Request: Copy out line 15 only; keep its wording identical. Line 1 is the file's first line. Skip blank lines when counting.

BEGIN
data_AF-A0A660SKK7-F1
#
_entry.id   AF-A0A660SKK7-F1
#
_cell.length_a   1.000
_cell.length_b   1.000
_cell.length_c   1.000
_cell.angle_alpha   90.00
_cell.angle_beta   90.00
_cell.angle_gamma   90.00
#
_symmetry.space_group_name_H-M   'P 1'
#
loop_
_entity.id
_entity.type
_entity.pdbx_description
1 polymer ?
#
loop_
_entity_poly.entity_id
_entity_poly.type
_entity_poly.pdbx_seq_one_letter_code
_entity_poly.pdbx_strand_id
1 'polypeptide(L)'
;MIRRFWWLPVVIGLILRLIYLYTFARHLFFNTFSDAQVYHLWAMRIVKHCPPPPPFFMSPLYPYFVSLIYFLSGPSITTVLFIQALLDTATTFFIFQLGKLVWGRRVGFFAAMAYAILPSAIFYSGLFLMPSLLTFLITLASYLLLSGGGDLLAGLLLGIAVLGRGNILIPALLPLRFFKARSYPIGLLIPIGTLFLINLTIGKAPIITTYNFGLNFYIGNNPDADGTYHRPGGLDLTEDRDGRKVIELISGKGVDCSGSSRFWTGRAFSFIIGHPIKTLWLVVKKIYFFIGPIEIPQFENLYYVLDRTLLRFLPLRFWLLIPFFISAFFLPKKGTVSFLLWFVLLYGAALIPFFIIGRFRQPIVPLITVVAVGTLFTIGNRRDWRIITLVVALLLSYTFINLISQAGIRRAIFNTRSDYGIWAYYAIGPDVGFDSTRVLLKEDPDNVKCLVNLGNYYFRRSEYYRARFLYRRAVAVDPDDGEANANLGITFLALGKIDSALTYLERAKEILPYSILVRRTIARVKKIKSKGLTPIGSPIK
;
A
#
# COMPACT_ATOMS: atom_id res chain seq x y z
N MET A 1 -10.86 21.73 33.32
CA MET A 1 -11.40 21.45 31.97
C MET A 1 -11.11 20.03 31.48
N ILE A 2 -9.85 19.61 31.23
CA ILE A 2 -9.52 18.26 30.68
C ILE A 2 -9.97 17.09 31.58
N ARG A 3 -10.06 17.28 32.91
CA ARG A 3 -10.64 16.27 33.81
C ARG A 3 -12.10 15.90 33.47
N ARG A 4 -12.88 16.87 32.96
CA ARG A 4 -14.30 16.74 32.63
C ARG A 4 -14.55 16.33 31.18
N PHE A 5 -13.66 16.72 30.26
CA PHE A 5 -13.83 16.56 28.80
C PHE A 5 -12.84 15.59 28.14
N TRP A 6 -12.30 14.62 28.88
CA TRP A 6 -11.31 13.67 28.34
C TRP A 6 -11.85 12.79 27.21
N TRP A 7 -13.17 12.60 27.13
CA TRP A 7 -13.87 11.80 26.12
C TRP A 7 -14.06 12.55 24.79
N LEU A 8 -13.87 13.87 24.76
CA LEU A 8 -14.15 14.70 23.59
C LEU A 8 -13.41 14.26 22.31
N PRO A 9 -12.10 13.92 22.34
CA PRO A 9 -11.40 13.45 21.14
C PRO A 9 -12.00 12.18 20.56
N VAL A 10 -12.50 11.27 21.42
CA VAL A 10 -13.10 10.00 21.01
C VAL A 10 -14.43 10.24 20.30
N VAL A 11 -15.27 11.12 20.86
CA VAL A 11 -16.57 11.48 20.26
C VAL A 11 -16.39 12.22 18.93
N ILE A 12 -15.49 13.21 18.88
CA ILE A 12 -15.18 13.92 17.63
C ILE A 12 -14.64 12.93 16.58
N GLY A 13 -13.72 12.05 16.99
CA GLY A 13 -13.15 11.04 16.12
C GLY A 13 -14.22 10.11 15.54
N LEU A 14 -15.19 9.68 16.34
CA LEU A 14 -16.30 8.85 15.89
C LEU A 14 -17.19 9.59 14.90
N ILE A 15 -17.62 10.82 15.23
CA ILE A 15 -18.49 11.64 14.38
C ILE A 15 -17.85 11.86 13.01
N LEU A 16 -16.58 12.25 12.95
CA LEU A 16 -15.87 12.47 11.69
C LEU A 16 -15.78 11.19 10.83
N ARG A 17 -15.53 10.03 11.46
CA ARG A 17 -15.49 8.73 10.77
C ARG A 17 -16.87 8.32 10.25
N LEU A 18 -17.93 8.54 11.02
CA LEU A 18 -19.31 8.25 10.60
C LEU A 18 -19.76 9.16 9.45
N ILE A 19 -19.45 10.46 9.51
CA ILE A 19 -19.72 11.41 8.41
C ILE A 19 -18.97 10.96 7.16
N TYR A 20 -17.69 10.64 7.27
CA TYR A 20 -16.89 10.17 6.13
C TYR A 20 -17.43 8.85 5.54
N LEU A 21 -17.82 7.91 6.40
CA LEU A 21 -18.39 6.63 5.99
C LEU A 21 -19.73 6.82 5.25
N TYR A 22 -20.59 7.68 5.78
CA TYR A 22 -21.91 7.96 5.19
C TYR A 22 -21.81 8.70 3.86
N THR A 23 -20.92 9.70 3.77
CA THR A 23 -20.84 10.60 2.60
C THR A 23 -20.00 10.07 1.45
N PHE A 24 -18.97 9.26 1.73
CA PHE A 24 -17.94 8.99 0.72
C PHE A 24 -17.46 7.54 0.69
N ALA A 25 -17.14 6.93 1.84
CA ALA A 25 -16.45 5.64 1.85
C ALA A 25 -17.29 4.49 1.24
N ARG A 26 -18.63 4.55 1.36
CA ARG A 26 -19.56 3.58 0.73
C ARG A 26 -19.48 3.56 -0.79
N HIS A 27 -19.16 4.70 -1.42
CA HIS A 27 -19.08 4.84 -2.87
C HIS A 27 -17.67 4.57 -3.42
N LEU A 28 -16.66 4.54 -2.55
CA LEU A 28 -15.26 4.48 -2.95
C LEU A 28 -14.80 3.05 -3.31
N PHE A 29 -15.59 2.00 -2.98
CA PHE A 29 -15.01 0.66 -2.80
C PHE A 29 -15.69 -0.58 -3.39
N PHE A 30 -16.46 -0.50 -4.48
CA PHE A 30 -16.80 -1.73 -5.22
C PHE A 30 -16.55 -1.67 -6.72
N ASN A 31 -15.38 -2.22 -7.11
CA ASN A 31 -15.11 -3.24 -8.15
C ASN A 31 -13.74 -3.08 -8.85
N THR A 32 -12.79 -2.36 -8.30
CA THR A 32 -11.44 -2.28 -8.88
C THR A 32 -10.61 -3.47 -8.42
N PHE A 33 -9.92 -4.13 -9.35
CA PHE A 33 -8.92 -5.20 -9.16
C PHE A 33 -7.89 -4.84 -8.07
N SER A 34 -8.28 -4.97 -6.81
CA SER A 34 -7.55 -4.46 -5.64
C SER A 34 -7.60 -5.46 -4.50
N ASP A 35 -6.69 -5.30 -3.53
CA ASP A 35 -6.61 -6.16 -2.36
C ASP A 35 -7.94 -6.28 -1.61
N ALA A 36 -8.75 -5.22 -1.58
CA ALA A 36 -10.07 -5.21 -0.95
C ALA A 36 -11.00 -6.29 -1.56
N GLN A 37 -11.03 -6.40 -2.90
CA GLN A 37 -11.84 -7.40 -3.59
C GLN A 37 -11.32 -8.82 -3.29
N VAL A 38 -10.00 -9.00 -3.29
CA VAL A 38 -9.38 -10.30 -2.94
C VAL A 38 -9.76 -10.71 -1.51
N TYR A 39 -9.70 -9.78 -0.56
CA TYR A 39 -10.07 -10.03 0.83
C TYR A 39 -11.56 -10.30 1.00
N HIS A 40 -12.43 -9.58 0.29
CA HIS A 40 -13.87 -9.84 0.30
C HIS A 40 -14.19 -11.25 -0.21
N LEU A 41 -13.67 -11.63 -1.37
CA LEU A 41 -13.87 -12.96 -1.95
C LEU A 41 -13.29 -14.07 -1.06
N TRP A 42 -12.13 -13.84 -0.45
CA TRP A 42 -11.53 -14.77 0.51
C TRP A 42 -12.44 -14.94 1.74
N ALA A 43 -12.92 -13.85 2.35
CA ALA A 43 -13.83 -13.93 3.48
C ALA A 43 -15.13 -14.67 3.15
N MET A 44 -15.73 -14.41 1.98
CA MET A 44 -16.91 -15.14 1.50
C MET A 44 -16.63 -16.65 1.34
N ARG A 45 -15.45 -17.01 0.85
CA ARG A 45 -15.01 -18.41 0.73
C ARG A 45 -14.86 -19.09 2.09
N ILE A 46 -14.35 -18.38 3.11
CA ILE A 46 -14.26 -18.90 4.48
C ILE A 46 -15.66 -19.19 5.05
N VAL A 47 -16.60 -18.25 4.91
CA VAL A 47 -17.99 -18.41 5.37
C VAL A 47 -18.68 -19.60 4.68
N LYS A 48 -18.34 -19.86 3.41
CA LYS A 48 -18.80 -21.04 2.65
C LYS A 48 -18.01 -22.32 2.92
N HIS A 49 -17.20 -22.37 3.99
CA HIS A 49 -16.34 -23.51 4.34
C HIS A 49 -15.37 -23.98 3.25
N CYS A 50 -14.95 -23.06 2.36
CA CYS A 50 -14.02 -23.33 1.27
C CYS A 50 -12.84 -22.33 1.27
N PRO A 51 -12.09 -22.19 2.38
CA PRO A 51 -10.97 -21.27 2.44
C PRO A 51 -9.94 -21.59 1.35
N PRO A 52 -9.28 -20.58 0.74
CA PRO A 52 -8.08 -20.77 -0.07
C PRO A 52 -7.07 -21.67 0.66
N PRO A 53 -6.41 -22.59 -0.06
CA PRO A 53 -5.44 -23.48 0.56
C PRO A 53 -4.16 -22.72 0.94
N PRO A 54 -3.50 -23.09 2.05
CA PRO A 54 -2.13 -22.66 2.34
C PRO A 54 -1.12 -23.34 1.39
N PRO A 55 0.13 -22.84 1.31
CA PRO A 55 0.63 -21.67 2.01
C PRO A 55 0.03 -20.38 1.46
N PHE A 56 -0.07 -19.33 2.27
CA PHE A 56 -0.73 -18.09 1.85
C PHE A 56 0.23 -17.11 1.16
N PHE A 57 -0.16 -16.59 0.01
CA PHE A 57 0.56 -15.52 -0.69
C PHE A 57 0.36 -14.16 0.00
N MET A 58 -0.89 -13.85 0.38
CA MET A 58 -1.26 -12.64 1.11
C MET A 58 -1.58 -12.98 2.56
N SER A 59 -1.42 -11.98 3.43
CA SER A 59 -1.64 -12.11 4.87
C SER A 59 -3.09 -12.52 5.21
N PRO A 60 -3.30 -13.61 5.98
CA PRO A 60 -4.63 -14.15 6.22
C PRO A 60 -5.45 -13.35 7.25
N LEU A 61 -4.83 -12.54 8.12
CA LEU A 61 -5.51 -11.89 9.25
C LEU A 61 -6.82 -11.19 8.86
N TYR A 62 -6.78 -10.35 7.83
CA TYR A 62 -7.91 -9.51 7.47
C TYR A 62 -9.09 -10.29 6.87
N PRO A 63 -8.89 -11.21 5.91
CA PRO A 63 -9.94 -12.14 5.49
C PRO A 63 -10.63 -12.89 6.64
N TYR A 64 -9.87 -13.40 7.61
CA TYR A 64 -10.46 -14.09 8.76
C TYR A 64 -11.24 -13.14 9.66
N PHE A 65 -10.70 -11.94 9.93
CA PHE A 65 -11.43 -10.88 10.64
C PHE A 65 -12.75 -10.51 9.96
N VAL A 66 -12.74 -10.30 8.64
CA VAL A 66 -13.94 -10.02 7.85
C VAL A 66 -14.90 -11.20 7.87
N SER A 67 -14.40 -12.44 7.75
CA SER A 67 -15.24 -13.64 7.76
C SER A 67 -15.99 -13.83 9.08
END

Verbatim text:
_entity.id